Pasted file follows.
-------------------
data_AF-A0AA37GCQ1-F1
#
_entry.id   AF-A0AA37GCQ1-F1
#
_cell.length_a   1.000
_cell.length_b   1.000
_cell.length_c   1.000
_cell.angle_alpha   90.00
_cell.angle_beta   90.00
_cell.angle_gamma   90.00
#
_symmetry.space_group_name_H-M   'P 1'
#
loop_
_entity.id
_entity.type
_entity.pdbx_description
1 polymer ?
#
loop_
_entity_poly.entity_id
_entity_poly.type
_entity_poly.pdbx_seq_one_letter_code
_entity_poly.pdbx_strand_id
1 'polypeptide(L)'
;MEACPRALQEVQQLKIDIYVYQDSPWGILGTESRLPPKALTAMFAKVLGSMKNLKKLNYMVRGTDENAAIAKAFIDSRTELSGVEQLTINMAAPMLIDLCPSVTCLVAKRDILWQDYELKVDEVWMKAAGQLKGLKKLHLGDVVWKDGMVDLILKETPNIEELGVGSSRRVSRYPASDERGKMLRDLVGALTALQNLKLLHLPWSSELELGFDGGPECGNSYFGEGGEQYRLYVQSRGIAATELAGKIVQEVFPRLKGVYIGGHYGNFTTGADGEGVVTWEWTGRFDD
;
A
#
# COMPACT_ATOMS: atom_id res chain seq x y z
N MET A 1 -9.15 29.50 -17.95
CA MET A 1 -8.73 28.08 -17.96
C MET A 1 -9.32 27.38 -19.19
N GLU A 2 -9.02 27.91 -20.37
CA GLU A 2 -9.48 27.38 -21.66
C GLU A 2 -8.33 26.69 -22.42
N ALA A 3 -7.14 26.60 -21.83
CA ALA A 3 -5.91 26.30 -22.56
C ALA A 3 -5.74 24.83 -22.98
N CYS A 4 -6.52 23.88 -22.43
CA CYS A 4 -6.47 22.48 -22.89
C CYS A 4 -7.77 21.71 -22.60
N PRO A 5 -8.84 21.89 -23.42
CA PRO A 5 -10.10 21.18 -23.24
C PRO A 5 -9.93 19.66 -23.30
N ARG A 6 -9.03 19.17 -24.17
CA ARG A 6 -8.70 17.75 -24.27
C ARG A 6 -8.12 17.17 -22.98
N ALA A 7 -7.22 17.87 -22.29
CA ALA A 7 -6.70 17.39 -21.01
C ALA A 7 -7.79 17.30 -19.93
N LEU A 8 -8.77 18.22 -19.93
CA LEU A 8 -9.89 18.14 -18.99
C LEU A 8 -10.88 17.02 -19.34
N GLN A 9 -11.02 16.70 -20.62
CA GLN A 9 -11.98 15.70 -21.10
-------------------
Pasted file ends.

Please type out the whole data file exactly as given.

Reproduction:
data_AF-A0AA37GCQ1-F1
#
_entry.id   AF-A0AA37GCQ1-F1
#
_cell.length_a   1.000
_cell.length_b   1.000
_cell.length_c   1.000
_cell.angle_alpha   90.00
_cell.angle_beta   90.00
_cell.angle_gamma   90.00
#
_symmetry.space_group_name_H-M   'P 1'
#
loop_
_entity.id
_entity.type
_entity.pdbx_description
1 polymer ?
#
loop_
_entity_poly.entity_id
_entity_poly.type
_entity_poly.pdbx_seq_one_letter_code
_entity_poly.pdbx_strand_id
1 'polypeptide(L)'
;MEACPRALQEVQQLKIDIYVYQDSPWGILGTESRLPPKALTAMFAKVLGSMKNLKKLNYMVRGTDENAAIAKAFIDSRTELSGVEQLTINMAAPMLIDLCPSVTCLVAKRDILWQDYELKVDEVWMKAAGQLKGLKKLHLGDVVWKDGMVDLILKETPNIEELGVGSSRRVSRYPASDERGKMLRDLVGALTALQNLKLLHLPWSSELELGFDGGPECGNSYFGEGGEQYRLYVQSRGIAATELAGKIVQEVFPRLKGVYIGGHYGNFTTGADGEGVVTWEWTGRFDD
;
A
#
# COMPACT_ATOMS: atom_id res chain seq x y z
N MET A 1 -9.15 29.50 -17.95
CA MET A 1 -8.73 28.08 -17.96
C MET A 1 -9.32 27.38 -19.19
N GLU A 2 -9.02 27.91 -20.37
CA GLU A 2 -9.48 27.38 -21.66
C GLU A 2 -8.33 26.69 -22.42
N ALA A 3 -7.14 26.60 -21.83
CA ALA A 3 -5.91 26.30 -22.56
C ALA A 3 -5.74 24.83 -22.98
N CYS A 4 -6.52 23.88 -22.43
CA CYS A 4 -6.47 22.48 -22.89
C CYS A 4 -7.77 21.71 -22.60
N PRO A 5 -8.84 21.89 -23.42
CA PRO A 5 -10.10 21.18 -23.24
C PRO A 5 -9.93 19.66 -23.30
N ARG A 6 -9.03 19.17 -24.17
CA ARG A 6 -8.70 17.75 -24.27
C ARG A 6 -8.12 17.17 -22.98
N ALA A 7 -7.22 17.87 -22.29
CA ALA A 7 -6.70 17.39 -21.01
C ALA A 7 -7.79 17.30 -19.93
N LEU A 8 -8.77 18.22 -19.93
CA LEU A 8 -9.89 18.14 -18.99
C LEU A 8 -10.88 17.02 -19.34
N GLN A 9 -11.02 16.70 -20.62
CA GLN A 9 -11.98 15.70 -21.10